The parties agree that, although a ransom letter was drafted on Martinez’s computer and was printed, it was never actually delivered to Mr. Aragao. Appellants Ferreira and Martinez argue, therefore, that the enhancement was improper because ? 2A4.1(b)(1) requires that a ransom demand “was made.”
The district court rejected that contention, as do we. The district court held that the guideline language must be read [in light of] the application notes accompanying it. Specifically, Application Note Five to ? 2A4.1 states that “[i]n the case of a conspiracy, attempt, or solicitation to kidnap, ? 2X1.1 (Attempt, Solicitation or Conspiracy) requires that the court apply any adjustment that can be determined with reasonable certainty.” U.S.S.G. ? 2A4.1, comment. (n. 5). Reading the commentary alongside the guideline language, the district court concluded that an enhancement is appropriate if it could be determined “with reasonable certainty” that a ransom demand would have been made but for the appellants’ capture. The district court then found that the repeated phone calls to Mr. Aragao together with the torn letter made it “reasonably certain” that the appellants would have made a ransom demand if doing so had been feasible.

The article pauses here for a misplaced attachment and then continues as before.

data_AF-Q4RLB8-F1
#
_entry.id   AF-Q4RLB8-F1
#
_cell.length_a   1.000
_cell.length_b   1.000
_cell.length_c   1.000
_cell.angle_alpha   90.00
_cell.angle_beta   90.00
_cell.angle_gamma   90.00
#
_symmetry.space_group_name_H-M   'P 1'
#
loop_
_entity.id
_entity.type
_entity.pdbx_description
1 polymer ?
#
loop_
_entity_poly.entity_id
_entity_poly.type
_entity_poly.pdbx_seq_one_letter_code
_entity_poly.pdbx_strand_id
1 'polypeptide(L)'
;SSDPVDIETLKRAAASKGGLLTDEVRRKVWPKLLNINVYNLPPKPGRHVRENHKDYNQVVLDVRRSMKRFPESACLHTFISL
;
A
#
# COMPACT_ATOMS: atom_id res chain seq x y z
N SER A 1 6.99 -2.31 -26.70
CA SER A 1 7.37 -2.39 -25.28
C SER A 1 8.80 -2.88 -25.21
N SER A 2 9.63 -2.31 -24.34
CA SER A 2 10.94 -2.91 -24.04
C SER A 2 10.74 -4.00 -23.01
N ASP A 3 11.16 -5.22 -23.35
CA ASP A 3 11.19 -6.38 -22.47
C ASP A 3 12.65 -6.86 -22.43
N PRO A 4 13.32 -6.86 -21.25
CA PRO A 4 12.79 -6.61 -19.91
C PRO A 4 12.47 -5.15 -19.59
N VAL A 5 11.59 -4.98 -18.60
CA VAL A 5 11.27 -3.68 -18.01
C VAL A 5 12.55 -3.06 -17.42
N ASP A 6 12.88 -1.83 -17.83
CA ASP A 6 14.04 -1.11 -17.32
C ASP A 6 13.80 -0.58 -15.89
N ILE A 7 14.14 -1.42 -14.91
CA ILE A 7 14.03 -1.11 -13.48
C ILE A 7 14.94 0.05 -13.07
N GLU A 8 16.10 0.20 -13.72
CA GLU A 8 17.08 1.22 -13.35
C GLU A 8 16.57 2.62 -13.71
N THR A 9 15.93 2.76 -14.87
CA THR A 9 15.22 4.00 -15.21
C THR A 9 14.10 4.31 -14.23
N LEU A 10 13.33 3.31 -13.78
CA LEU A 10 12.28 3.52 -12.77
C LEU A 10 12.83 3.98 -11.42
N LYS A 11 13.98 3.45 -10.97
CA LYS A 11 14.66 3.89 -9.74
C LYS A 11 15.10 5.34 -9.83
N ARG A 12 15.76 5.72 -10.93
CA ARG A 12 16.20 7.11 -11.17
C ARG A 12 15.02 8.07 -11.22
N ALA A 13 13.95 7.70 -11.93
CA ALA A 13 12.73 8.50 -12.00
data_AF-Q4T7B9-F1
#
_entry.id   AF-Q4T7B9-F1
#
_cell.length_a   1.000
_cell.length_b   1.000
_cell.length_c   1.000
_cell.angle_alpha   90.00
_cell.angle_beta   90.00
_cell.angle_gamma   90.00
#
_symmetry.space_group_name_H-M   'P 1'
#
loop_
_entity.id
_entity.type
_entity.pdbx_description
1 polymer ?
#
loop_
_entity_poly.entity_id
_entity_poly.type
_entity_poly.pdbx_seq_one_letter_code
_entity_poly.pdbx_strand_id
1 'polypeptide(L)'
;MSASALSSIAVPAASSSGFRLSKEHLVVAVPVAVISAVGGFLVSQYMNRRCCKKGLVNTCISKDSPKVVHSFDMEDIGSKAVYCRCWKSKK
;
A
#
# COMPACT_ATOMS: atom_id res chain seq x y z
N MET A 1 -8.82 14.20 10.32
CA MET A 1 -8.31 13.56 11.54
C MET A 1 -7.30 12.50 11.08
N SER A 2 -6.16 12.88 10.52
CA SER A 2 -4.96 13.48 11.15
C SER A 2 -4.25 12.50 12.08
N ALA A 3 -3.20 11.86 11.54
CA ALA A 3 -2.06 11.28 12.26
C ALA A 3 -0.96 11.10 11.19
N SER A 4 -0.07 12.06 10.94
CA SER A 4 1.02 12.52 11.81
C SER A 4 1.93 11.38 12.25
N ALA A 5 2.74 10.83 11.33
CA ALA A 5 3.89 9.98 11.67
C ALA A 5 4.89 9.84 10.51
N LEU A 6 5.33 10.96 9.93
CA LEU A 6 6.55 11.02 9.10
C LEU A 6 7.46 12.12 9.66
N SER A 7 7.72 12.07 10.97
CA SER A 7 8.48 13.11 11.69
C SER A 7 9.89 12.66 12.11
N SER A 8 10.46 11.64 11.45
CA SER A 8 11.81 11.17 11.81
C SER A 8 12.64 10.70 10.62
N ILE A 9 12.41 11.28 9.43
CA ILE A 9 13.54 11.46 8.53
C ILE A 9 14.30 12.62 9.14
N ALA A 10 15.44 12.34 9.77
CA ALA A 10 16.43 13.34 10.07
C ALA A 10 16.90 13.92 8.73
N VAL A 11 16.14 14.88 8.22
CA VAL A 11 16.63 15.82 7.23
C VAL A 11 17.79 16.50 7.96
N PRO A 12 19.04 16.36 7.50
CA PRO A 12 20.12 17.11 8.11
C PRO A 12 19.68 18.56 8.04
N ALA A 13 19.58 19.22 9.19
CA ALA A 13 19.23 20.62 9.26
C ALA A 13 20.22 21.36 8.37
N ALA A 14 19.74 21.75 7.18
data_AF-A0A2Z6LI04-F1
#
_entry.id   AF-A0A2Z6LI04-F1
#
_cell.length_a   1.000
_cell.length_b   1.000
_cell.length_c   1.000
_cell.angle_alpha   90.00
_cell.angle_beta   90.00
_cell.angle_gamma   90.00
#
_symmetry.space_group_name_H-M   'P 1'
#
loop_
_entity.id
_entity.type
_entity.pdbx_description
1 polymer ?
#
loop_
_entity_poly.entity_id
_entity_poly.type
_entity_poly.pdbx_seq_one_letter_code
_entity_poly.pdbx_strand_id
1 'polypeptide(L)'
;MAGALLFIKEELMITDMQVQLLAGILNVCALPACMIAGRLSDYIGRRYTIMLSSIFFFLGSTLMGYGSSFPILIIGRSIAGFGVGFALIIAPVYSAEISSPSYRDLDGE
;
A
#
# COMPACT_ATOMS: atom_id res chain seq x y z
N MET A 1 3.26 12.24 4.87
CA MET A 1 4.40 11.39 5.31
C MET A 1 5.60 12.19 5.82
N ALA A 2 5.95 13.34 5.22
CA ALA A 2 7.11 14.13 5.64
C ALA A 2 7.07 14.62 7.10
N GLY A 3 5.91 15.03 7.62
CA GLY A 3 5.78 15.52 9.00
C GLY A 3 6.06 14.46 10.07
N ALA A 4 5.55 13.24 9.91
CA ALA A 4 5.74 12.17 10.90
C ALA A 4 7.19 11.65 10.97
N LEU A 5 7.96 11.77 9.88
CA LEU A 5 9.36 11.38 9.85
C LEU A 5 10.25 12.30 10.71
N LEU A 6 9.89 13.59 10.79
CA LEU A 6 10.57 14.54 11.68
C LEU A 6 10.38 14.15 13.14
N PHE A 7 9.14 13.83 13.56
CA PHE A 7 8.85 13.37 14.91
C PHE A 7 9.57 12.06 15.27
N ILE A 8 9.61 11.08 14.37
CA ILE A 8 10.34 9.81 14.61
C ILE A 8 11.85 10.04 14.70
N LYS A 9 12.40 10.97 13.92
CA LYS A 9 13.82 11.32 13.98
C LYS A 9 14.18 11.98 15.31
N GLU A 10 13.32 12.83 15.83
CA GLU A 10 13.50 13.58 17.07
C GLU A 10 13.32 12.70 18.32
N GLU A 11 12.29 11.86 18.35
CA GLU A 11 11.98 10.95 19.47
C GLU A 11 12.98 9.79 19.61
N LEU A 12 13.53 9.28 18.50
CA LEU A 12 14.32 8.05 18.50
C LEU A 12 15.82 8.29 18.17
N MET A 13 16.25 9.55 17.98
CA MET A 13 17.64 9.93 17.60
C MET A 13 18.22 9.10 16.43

Appellants argue that the district court erred in relying on the application note in this case because the guideline language plainly requires that the ransom demand “was made.” In making that argument, they cite our opinion in United States v. Chastain, 198 F.3d 1338 (11th Cir.1999), for the proposition that, where the Guidelines provide for an enhancement based on a completed act, as evidenced by the use of the past tense, the act must actually have occurred in order for the enhancement to apply. In Chastain, the defendants attempted to use a private plane to import narcotics, but the plane crashed before the crime could be executed. During sentencing, the district court granted a two-level enhancement pursuant to U.S.S.G. ? 2D1.1(b)(2), which is entitled “Unlawful Manufacturing, Importing, Exporting, or Trafficking (Including Possession with Intent to Commit These Offenses); Attempt or Conspiracy,” and permits the increase “[i]f the defendant unlawfully imported or exported a controlled substance under circumstances in which an aircraft other than a regularly scheduled commercial air carrier was used to import or export the controlled substance….” In granting the two-level enhancement, the district court relied on the words “attempt or conspiracy” in the title. Id. at 1353. On appeal, we determined that the language required that the airplane was “used to import” and, therefore, contemplated a “completed event, an actual importation.” Id. Accordingly, we found it unnecessary to look to the title of the guideline to explain what was clear in the text and reversed because there was no completed importation. Id. Appellants’ reliance on Chastain, however, is misplaced. In Chastain, there was no application note supporting U.S.S.G. ? 2D1.1(b)(2), the provision at issue in that case. Had there been an application note, nothing in Chastain suggests that we would not have considered it. There is a substantial difference between the title of a guideline provision and commentary or an application note to a guideline provision. A stated purpose of the commentary is to “interpret the guideline or explain how it is to be applied.” U.S.S.G. ? 1B1.7. See also Stinson v. United States, 508 U.S. 36, 44, 113 S.Ct. 1913, 1918, 123 L.Ed.2d 598 (1993) (“[C]ommentary explains the guidelines and provides concrete guidance as to how even unambiguous guidelines are to be applied in practice.”). There is no such stated purpose for the title, and we have held that the title of a statutory provision may be useful only when it sheds light on some ambiguous word or phrase. Adler v. Duval County Sch. Bd., 206 F.3d 1070, 1087 (11th Cir.1999), vac. on other grounds, 531 U.S. 801, 121 S.Ct. 31, 148 L.Ed.2d 3 (2000), and opinion reinstated, 250 F.3d 1330 (11th Cir.2001), cert. denied, 534 U.S. 1065, 122 S.Ct. 664, 151 L.Ed.2d 579 (2001). No restriction is placed on the use of the application notes and, in fact, exactly the contrary is true?the guideline and the commentary must be “read together.” See, e.g., United States v. Pedragh, 225 F.3d 240, 244 (2d Cir.2000) (holding that “since the commentary is part and parcel of the Sentencing Guidelines Manual and, as the Supreme Court has pointed out, is written by the same body that is charged with drafting the guidelines, the two are to be read together”). See also United States v. Gay, 240 F.3d 1222, 1232 (10th Cir.2001).